Valdez drives a buggy akin to a glorified golf cart -- common in Mazatlan -- that he recently had painted in pure Pittsburgh black and gold, with Pirates decals all around. He and Gayo are chauffeuring Heredia to the game, honking, laughing and waving as they pass acquaintances at the many sidewalk eateries. Heredia waves, too, while sporting a Pirates cap.
Once inside Estadico Teodoro Mariscal, Heredia sets off to join his teammates, and Valdez and Gayo -- the former served as the Mazatlan club's general manager for years, Gayo as his assistant -- make themselves at home in the last row of seats behind home plate. Right where the parade of scouts soon would begin, all having to pass that spot.
Up the steps comes Oakland's Grady Fuson, one of baseball's most respected scouts.
"Hi, Grady," Gayo says.
Fuson nods. Both men know that, earlier in the day, the Athletics spoke with Heredia's mother. Maria was unmoved.
Next come the Yankees, who, according to word that day, have tried to get to Heredia through his father. That was not about to work.
Many others follow -- all have spoken to Heredia -- some of whom have tried and tried but never made a personal connection.
Gayo is not 100 percent certain he will get Heredia. As he would confess that evening, "I just want this to be over with." That sentiment arises from recent history, Gayo still blaming himself for the Pirates' failure to get Sano, a prospect he still calls "the best I've ever seen." Earlier on this day, he welled up when the Sano topic arose.
In front of Gayo's peers, though, it is all poker-face. A couple of scouts step up to congratulate him for signing Heredia, having heard a morning radio report that Maria said, "My son will sign with the Pirates." Gayo denies it -- "Congratulations for what?" -- and he has backing: Two days earlier, the Mexican League declared that no team could make a formal offer to Veracruz for Heredia until this past Thursday, affording major league teams the chance to first focus on the Monday deadline to sign draft picks.
Gayo still speaks confidently, even if he does not consistently sound it, and he points to the way the Pirates arranged Heredia's signing with Veracruz Jan. 1: The Rangers had tried it first, but Heredia insisted on sticking with "Chino."
That worked nicely for Gayo, who has had a 20-year relationship with Jose Antonio Mansur, owner of Veracruz. Mansur knew at the time he signed Heredia that the youngster never would pitch for that club -- a player has to be 16 to go pro in Mexico, and his rights surely would be sold -- but Mansur also knew that Veracruz could be in for quite the payday. In Mexico, the club keeps 75 percent of the bonus.
Gayo and Mansur discussed the Pirates' intent that day and stayed in constant contact. By the final month, Mansur was taking calls about Heredia only from Gayo, leaving a lieutenant for the rest.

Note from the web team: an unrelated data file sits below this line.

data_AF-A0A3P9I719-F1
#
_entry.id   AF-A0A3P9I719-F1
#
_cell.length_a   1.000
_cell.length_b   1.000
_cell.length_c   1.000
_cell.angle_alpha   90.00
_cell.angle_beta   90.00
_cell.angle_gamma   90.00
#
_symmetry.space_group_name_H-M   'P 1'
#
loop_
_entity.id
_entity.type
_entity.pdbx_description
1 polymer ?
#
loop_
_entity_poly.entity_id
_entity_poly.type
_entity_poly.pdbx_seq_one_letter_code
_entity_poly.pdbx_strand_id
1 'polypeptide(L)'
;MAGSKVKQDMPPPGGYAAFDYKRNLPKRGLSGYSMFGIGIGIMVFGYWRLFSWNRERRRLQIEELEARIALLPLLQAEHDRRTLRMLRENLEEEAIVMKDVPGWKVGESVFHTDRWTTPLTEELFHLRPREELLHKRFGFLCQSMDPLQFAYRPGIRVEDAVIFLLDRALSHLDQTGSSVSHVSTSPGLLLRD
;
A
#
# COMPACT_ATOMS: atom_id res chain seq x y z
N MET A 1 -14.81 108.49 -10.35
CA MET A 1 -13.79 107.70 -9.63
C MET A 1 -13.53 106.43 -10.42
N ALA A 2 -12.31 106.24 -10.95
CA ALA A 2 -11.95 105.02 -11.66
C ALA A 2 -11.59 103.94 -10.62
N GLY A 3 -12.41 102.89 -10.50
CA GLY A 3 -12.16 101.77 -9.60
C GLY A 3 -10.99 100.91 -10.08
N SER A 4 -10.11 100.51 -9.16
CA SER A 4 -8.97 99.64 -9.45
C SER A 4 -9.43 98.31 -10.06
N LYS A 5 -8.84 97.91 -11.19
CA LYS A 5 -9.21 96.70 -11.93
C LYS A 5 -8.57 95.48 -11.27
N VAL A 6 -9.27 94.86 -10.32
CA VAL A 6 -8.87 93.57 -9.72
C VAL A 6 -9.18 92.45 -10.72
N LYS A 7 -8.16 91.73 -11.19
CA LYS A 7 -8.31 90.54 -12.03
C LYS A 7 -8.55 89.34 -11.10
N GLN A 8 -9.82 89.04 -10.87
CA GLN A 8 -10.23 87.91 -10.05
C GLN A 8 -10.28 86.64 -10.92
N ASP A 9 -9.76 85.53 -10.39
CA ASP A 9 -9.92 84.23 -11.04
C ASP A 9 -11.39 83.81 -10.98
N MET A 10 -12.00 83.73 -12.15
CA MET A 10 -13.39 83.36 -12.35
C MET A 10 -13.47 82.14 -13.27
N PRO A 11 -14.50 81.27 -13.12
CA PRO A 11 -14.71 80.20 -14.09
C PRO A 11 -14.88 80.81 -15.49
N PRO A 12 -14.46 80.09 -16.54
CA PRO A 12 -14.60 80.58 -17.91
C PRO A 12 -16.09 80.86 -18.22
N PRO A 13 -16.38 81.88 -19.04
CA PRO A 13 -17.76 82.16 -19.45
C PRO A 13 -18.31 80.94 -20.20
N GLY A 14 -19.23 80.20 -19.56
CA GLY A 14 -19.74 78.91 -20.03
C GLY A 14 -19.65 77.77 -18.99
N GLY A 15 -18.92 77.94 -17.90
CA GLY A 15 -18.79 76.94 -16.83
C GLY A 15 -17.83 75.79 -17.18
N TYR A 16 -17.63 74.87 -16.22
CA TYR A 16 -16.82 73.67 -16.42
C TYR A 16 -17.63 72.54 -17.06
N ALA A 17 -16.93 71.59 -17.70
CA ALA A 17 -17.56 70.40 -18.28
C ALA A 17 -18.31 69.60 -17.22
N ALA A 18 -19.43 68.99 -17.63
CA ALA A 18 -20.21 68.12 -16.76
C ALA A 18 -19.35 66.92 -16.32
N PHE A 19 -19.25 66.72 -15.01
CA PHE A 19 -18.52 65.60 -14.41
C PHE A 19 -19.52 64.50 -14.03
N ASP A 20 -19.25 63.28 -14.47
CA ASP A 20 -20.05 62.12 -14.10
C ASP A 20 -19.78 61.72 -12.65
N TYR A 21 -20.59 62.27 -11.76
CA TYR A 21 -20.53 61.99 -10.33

Money would be an issue, as friendship alone was not going to satisfy Mansur. But Gayo sought and received approval from Pittsburgh for an allotment that would double his standard $3 million international budget, authorized by general manager Neal Huntington and team president Frank Coonelly, with owner Bob Nutting notified.
Kyle Stark, director of player development, flew to Mexico to watch Heredia pitch earlier this summer, and the team's view strengthened.
So did the relationship, with Valdez now spending "about 80 percent of my work" on Heredia, and Gayo similarly locked in even though he had to oversee the rest of the Pirates' annual July 2 international class.
One American League team complained informally to MLB that the Pirates were hiding Heredia, even though rules are vague in that area. Gayo hotly denies it while watching Heredia pitch.
"I'm not hiding him," Gayo says, motioning to the mound. "There he is."
As if to bolster the point, Gayo and Valdez leave the stadium right after Heredia is done, with the game still going, fully aware some of the scouts will try to talk to Heredia and family afterward. Gayo entrusts a relative to drive Heredia home.
Heredia allows that the scene is "pretty nervous for me sometimes," but adds with a smile, "Maybe it's a little fun, too. With Chino and Rene, everything is fun. And you know they mean what they say."
The mother expresses the same sentiment.
"So many of these scouts, they talk in a way you can't trust them. Chino and Rene, you just know."
As much as the Pirates held the upper hand throughout this process, there also are occasions where Gayo and his men are in the reverse role, scouting in stadiums knowing full well someone else is going to get the player. Or, in the case of Sano, a sudden change undoes years of work.
In the end, with the agreement reached almost immediately Thursday morning, all that was required was a call from Gayo to Mansur, a physical for Heredia -- whisked in and out of Pittsburgh -- and a signed agreement.
In the early hours after that agreement, Gayo exclaimed in a text message, "Pittsburgh Pirates WIN and get 'El Mariachi,' the best pitcher in Latin America for 2010!"
"El Mariachi?" After the joyous Mexican music that can be heard all across the streets of Mazatlan?
That is the new nickname Gayo is trying to make stick, and he will back it with a mariachi band for the formal signing ceremony Tuesday at a Mazatlan port.
Heredia will be chauffered in that buggy.
"He's a happy kid, and he's going to make a lot of people in Pittsburgh happy someday," Gayo explains. "He deserves a nickname he likes."